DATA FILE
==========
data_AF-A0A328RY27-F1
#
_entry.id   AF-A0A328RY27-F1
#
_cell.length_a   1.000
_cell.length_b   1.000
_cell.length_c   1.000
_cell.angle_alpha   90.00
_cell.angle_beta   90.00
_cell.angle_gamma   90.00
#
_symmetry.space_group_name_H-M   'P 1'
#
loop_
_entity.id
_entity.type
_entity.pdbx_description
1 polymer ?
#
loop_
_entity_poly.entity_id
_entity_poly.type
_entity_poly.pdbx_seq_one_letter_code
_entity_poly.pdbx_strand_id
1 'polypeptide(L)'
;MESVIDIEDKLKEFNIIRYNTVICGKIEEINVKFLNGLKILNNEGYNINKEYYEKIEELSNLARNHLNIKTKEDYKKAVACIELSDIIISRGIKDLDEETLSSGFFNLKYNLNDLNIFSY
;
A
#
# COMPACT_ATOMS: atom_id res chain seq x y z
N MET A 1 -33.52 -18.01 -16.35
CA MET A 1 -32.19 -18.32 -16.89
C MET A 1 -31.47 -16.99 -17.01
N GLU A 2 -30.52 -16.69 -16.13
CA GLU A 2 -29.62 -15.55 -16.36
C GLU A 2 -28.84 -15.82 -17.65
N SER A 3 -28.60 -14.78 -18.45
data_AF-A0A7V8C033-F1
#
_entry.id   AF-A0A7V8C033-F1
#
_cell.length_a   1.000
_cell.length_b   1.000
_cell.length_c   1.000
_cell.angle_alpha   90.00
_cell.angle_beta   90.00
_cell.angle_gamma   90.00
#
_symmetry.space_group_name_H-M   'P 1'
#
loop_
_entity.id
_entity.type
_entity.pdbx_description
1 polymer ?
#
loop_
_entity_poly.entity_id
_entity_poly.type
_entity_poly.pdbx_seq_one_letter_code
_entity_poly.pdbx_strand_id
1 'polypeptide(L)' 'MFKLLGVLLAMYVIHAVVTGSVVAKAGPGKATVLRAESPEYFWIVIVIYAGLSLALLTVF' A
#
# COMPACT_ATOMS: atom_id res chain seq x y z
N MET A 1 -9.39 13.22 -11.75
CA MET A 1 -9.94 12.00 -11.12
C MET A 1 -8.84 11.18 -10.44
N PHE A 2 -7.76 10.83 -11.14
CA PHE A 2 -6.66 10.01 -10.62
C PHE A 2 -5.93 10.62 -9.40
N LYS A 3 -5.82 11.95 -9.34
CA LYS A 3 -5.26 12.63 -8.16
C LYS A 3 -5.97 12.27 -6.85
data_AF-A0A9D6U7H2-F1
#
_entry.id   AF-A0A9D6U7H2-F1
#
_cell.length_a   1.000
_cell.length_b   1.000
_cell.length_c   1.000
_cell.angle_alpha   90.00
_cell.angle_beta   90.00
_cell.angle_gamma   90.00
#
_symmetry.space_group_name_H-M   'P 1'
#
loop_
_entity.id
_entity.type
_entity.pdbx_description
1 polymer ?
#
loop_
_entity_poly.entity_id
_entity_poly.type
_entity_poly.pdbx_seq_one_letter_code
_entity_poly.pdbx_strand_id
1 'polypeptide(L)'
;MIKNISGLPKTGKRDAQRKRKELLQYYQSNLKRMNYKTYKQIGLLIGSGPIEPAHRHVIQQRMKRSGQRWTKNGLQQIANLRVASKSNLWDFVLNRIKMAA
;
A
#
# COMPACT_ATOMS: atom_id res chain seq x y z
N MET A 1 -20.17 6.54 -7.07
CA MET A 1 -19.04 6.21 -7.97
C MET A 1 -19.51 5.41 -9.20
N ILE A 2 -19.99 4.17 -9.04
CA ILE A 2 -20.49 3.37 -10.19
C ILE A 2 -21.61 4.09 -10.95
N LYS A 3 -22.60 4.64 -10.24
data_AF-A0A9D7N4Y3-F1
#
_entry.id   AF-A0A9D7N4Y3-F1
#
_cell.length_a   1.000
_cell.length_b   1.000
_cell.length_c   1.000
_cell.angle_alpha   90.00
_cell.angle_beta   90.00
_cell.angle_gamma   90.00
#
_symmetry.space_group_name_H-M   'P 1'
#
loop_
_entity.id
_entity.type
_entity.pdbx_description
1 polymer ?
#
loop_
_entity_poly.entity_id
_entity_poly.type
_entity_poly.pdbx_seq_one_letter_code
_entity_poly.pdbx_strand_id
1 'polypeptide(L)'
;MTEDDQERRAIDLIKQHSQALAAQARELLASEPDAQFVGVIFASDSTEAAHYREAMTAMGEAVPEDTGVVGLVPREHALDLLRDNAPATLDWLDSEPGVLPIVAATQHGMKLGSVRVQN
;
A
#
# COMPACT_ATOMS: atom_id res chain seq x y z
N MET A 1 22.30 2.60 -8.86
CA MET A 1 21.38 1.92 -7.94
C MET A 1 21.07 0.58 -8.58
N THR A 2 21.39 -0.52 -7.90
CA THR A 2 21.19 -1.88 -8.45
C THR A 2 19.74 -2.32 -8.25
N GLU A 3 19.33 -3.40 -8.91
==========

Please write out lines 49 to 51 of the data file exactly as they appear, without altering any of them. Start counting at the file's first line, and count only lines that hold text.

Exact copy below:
_symmetry.space_group_name_H-M   'P 1'
#
loop_